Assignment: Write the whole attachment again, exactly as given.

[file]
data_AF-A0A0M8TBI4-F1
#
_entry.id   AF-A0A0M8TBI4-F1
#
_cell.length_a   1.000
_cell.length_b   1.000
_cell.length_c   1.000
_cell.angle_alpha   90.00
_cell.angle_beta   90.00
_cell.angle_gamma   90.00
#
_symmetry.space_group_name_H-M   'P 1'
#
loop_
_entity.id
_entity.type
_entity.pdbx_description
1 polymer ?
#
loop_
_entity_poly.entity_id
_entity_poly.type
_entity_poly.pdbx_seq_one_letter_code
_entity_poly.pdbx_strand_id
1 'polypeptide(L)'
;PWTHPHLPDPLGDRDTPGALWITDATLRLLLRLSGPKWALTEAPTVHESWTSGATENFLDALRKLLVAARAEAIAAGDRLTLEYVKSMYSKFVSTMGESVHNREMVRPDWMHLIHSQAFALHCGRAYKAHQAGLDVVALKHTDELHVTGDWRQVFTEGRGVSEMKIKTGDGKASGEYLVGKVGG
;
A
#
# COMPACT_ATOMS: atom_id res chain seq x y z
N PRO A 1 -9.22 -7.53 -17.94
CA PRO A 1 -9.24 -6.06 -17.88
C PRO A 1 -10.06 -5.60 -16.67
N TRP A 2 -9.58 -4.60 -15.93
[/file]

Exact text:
data_AF-A0A0M8TBI4-F1
#
_entry.id   AF-A0A0M8TBI4-F1
#
_cell.length_a   1.000
_cell.length_b   1.000
_cell.length_c   1.000
_cell.angle_alpha   90.00
_cell.angle_beta   90.00
_cell.angle_gamma   90.00
#
_symmetry.space_group_name_H-M   'P 1'
#
loop_
_entity.id
_entity.type
_entity.pdbx_description
1 polymer ?
#
loop_
_entity_poly.entity_id
_entity_poly.type
_entity_poly.pdbx_seq_one_letter_code
_entity_poly.pdbx_strand_id
1 'polypeptide(L)'
;PWTHPHLPDPLGDRDTPGALWITDATLRLLLRLSGPKWALTEAPTVHESWTSGATENFLDALRKLLVAARAEAIAAGDRLTLEYVKSMYSKFVSTMGESVHNREMVRPDWMHLIHSQAFALHCGRAYKAHQAGLDVVALKHTDELHVTGDWRQVFTEGRGVSEMKIKTGDGKASGEYLVGKVGG
;
A
#
# COMPACT_ATOMS: atom_id res chain seq x y z
N PRO A 1 -9.22 -7.53 -17.94
CA PRO A 1 -9.24 -6.06 -17.88
C PRO A 1 -10.06 -5.60 -16.67
N TRP A 2 -9.58 -4.60 -15.93